C64 maze generator
Pak Pak Monster
|Sunday 15th July 2012||Tim Bennett|
I incorporated a KIM-1 into USPTO patent $ 4,281,579 - issued in yr 1981. Demonstrated working prototype to US piano mfgs (who didn''t get it) but sold rights Yamaha who sold millions. Still have KIM-1 but will be listing on e-bay this week - Thursday 7/19/2012 . Will be interesting to see what it brings.
|Friday 6th June 2008||David Honig (USA)|
In the early 80s at age 16 I attended a science camp at RPI, and my project was to program a KIM-1 to use Newton's method to find the resonance of a rotating wheel. It was a lecture demo for a physics prof.
I wrote machine code and hand assembled it, then punched it in. After a while you could read the machine code.
|Sunday 4th February 2007||Rob urton (Olmsted Falls, Ohio)|
Fond memories of these as I used them in my first real engineering job. Around 1978 we built a motion control system for animation cameras. It used stepping motor control hardware based on 6522s that I designed. The system was used to create motion graphics for TV spots mostly. I still have one with a KIM-3 4K RAM expansion card.
|Sunday 22nd January 2006||David Masson (STL)|
Does any one have a part list and a schematics for this? If you do please email me at email@example.com
|Friday 20th February 2004||Dennis German ( )|
By adding a 300baud Texas Instruments terminal and a modem to edit, assemble and download a program the KIM could CONTROL and monitor an N gauge train layout. The KIM interpreted a routing language including commands like T5C ( set Turnout 5 Curved). It's expansion capability was only unlimited by your imagination.
|Friday 16th January 2004||ytf (Cupertino, CA)|
The KIM-1 was the first stand-alone single board computer, and the first one using the 6502. I believe the Apple I didn't ship until well after the KIM-1 had shipped. But in any event, the Apple-1 didn't have a "diskey" (display+keyboard), so I think the KIM-1 deserves pride of place.
|Monday 29th December 2003||Philip Wasson (Torrance, CA)|
Thank you Peter for Microchess! I loved it. I'm still amazed you wrote a chess program in 1k. I wrote a debug monitor that had a "video display". It used 2 analog ramp-up, ramp-down circuits that connected to the x-y inputs of my oscilloscope and displayed all the registers on the screen. I added a Selectric printer, keyboard, and 8k RAM.
|Sunday 15th June 2003||Robert Lore (Sydney, Australia)|
I rember this little beauty. Wonderful. Looking at the schematic shows a lot of stuff to make the tape work - all thos bits to the left of the keypad. Then I saw the Apple II book at the just opened ComputerLand shop. Steve Jobs replaced all this circuitry with one op-amp and a D-latch. I immediately wire-wrapped up this onto a S-100 bus prototype board. Copied the Apple II monitor ROM from the book (typed hex codes into DEC PDP8 - wrote paper tape - burned EPROM).... Plugged into the wirewrapped motherboard and bingo it fired up first go (never to be repeated). Even the cassette tape ran at double speed !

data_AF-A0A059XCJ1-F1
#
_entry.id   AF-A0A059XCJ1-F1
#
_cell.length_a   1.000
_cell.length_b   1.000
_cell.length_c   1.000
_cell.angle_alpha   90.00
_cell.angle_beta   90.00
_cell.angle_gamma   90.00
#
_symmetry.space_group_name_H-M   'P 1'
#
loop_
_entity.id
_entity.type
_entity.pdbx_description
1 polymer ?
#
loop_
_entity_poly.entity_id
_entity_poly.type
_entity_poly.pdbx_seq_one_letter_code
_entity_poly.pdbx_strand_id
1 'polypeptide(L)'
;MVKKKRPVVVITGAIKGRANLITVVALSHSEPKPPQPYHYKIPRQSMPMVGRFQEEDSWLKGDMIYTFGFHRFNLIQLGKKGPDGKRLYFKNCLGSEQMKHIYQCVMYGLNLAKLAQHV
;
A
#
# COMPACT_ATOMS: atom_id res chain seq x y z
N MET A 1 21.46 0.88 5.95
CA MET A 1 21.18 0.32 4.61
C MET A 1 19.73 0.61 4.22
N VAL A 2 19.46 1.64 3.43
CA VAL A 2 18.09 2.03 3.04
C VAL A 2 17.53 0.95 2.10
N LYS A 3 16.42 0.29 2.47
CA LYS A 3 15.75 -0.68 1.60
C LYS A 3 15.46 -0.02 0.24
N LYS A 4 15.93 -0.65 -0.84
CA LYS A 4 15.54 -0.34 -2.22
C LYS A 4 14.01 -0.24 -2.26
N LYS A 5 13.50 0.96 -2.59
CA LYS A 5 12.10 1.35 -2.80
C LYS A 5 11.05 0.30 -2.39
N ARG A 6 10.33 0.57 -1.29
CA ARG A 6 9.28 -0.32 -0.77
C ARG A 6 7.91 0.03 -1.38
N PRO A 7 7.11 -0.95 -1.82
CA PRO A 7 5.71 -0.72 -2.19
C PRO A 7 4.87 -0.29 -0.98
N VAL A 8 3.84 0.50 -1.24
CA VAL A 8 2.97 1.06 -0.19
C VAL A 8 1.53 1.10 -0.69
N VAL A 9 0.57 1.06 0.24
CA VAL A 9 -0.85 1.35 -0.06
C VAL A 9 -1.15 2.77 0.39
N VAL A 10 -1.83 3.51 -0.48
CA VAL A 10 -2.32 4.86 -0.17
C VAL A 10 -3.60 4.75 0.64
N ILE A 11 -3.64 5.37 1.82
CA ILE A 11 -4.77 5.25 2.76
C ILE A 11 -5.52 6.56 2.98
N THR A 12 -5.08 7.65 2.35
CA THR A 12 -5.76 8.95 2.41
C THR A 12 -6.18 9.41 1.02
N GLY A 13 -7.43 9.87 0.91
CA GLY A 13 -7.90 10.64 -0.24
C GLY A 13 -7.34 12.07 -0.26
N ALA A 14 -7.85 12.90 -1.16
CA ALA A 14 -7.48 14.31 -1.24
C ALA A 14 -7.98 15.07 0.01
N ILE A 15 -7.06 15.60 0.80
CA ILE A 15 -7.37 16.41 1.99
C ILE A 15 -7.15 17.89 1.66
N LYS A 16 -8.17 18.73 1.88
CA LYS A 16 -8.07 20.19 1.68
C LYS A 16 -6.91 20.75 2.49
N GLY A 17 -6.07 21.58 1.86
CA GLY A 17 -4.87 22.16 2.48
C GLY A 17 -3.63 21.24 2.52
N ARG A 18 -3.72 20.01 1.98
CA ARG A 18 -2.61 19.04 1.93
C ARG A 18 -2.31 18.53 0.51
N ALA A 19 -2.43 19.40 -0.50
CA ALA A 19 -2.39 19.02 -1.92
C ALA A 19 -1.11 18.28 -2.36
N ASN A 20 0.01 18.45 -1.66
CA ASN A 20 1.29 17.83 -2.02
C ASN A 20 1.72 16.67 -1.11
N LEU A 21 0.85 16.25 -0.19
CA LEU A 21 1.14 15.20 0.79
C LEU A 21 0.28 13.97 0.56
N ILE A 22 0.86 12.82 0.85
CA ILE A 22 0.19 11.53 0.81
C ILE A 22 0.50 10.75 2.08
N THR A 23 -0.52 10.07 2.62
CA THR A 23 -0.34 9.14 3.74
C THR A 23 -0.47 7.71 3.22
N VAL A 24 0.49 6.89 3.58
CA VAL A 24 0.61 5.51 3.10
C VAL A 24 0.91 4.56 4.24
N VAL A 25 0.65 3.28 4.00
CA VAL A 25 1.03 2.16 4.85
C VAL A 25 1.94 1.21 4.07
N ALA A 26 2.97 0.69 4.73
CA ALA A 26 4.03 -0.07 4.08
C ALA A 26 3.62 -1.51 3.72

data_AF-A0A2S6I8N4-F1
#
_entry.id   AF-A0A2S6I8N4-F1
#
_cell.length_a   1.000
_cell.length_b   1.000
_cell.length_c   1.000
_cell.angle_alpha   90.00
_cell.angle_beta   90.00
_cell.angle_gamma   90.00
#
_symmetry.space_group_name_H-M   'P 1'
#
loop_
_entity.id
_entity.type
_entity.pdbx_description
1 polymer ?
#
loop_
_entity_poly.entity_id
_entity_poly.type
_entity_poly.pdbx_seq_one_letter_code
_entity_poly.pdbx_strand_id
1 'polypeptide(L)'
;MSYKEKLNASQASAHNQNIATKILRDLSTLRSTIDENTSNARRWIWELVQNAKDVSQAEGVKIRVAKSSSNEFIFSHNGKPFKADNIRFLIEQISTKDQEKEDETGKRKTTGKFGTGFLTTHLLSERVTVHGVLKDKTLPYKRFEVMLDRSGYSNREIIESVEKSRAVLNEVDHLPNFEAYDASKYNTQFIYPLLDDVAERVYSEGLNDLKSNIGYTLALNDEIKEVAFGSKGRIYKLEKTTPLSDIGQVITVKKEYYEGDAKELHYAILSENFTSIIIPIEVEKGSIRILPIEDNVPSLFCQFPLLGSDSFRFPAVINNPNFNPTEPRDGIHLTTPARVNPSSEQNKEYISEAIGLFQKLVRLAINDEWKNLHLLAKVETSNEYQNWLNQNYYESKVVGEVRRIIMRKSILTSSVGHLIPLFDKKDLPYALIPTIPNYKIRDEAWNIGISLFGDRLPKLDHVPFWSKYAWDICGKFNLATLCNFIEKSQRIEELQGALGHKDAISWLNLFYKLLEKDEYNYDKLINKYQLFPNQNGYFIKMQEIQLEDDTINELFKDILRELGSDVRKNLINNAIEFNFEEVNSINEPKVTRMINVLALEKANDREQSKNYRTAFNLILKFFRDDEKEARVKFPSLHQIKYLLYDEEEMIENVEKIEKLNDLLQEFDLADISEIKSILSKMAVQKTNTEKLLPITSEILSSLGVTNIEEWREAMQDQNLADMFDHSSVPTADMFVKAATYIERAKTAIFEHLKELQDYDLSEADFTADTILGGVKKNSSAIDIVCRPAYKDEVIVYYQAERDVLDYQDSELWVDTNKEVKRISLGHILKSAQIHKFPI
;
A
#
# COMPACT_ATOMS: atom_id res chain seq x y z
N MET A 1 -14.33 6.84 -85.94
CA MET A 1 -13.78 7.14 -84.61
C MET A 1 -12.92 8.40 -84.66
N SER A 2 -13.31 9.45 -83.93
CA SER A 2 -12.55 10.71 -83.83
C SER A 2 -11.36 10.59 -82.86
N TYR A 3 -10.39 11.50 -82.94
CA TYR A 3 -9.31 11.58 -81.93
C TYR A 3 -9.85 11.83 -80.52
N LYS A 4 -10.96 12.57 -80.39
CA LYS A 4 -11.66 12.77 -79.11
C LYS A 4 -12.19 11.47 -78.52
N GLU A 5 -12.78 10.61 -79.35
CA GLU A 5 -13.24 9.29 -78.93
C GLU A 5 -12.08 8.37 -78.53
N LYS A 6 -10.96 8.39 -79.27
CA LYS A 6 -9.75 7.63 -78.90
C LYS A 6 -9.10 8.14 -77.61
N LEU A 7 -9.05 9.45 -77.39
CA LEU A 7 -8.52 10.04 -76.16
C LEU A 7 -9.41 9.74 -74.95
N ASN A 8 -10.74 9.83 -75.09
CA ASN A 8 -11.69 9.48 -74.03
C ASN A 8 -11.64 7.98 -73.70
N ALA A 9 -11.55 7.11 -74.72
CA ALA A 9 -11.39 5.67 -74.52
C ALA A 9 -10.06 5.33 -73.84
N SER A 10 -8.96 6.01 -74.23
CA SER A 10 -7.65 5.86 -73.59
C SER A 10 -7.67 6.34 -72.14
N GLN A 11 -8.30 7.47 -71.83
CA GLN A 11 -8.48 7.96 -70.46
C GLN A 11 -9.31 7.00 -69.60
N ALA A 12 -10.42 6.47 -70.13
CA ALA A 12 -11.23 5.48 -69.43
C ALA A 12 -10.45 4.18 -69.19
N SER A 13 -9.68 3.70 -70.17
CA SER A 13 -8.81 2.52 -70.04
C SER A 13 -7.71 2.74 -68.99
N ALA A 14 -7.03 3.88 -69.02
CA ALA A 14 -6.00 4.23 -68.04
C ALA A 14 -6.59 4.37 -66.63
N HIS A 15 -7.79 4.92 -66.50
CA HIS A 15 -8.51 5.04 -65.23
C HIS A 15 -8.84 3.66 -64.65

|Saturday 8th February 2003||TheP (CA)|
I have a KIM-1 that is missing a key on the keypad.
Is it possible to purchase a replacement keypad somewhere?
|Monday 13rd January 2003||Harry Joel (Texas)|
It was not easy, but circumstances led me to part with my beloved KIM-1. It was the machine that prompted me to pursue a career as programmer for the years to come after 1977, I auctioned it on eBay and the page got over 300 hits, meaning the spirit of the KIM-1 lives on. The final bid was a lot more than what I paid for it in 1977, It has found a new home.
|Thursday 10th October 2002||Peter Jennings (Cyberspace)|
My Kim-1 may have been the most expanded Kim around in 1978. I had the MOS Technology expansion board with 4K of RAM. I also designed a floppy disk interface to an 8 inch floppy disk and wrote a small DOS and development system based on Micro-ADE (Assembler Disassembler Editor).
I just fired up my Kim, and it still works. Unfortunately, the only tape I had of Microchess broke when I tried to play it. Not sure if I will type it all in.
My Kim-1 will be on display at the Vintage Computer Festival, Oct 26-27. See you there.
|Monday 12th August 2002||Dennis Brown (Youngsville, NC)|
I built a wire-wrap 4K memory expansion card for my Kim-1. Then I built an interface to drive an IBM 1052 keyboardless Selectric printer. I also wrote driver software to make the printer operate... I often used a Teletype with papertape reader/punch and since the teletype only had an RS-232 serial interface, had to use an opto-iosolated coupler to connect to the Kim.
|Wednesday 20th March 2002||Peter (Earth)|
Microchess ran on the Kim-1. That was chess in 1K of RAM. Microchess on the Kim-1 was the first commercially successful game program for a home computer, first sold in 1976. It went on to sell more than a million copies
on the Apple ][ and TRS-80.
|Wednesday 20th March 2002||Bob Leedom (Glenwood, MD)|
Has anyone gotten a KIM-1 emulator to work? I've tried some of the links (MESS, e.g) with no luck. Key problem of course, is getting the ROM binary...
|Friday 1st March 2002||Chris Baker (Overland Park, KS)|
I have a question that I can not find an answer to on the web.
Is this the first publicly available computer to feature the 6502, or even perhaps the first ever to feature a 6502?